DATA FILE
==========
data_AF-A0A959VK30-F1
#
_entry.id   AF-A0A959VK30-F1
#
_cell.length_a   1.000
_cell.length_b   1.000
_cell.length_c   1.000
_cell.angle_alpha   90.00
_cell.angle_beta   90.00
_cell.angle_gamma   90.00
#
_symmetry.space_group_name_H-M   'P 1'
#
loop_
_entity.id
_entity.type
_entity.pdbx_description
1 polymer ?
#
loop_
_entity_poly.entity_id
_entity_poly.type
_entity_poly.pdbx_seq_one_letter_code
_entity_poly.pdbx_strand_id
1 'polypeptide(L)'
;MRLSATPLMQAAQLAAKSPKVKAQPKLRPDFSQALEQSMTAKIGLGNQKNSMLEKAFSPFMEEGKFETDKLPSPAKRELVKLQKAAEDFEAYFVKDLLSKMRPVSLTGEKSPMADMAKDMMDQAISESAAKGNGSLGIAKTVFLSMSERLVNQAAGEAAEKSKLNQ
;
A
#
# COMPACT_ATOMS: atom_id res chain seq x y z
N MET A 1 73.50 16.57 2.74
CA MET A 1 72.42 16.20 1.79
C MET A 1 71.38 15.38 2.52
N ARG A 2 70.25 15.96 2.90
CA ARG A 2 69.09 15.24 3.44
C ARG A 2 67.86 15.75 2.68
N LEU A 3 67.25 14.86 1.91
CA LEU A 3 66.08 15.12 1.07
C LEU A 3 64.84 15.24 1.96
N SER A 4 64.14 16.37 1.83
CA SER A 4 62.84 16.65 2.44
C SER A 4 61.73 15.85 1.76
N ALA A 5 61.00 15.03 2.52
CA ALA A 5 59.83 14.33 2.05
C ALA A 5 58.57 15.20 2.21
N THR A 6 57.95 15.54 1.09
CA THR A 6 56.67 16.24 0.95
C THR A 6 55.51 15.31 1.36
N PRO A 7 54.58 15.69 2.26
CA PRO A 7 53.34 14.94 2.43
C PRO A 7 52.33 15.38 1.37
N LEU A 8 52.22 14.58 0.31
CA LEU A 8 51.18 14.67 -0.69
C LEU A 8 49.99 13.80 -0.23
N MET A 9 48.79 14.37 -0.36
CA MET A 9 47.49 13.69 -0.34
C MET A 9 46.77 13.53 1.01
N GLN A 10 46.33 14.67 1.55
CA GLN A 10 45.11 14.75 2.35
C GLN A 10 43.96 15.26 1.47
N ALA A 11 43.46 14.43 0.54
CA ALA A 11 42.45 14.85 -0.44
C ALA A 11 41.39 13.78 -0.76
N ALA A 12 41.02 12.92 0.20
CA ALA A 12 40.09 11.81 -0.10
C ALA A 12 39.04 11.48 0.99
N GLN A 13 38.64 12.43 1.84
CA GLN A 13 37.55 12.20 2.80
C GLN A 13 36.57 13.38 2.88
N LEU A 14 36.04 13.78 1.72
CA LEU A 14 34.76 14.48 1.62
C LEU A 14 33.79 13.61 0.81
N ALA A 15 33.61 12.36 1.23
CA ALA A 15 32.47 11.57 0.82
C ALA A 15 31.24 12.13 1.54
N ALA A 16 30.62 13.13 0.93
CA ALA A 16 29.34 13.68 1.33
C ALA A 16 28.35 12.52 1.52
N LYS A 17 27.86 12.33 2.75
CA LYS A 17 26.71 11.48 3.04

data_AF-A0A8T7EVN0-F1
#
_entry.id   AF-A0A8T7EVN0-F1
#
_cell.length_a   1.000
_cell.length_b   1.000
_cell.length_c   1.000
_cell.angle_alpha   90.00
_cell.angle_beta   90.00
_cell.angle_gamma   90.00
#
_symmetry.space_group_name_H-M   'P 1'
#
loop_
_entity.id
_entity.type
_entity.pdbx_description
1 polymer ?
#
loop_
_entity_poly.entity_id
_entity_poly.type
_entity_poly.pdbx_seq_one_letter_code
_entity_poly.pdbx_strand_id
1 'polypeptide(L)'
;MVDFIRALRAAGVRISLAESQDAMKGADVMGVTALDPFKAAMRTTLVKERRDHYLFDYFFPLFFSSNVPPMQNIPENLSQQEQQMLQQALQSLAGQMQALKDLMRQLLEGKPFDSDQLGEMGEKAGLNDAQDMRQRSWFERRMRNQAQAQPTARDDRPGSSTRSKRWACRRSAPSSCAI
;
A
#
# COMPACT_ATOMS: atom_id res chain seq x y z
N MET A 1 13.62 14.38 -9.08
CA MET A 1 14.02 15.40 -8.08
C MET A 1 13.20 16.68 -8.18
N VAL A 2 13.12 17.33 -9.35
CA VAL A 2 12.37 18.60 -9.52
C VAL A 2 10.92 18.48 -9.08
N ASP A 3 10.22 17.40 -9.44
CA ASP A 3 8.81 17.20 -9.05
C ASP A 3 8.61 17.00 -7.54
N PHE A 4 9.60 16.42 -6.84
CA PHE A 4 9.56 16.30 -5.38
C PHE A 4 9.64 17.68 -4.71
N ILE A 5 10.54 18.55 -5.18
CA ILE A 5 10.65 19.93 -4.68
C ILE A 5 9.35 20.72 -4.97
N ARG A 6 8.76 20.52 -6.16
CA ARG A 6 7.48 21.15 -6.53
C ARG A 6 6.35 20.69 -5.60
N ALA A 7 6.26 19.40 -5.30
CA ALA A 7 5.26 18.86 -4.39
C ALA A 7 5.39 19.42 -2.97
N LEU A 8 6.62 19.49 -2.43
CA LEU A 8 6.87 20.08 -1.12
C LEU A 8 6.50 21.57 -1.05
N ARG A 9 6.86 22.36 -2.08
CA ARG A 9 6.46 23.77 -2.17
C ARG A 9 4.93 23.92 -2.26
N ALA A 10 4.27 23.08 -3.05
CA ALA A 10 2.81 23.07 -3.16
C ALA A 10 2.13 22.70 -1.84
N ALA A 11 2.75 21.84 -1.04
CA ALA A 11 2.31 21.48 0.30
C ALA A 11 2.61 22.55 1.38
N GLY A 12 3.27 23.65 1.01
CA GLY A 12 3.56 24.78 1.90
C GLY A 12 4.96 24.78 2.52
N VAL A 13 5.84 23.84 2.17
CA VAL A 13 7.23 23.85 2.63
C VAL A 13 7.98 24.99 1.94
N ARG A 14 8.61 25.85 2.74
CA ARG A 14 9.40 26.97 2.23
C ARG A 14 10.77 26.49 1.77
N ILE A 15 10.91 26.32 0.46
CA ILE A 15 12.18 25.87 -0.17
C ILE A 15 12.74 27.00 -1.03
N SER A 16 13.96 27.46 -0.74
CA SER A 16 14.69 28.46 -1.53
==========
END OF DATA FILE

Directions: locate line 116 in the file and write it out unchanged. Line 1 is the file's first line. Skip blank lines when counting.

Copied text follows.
C VAL A 2 10.92 18.48 -9.08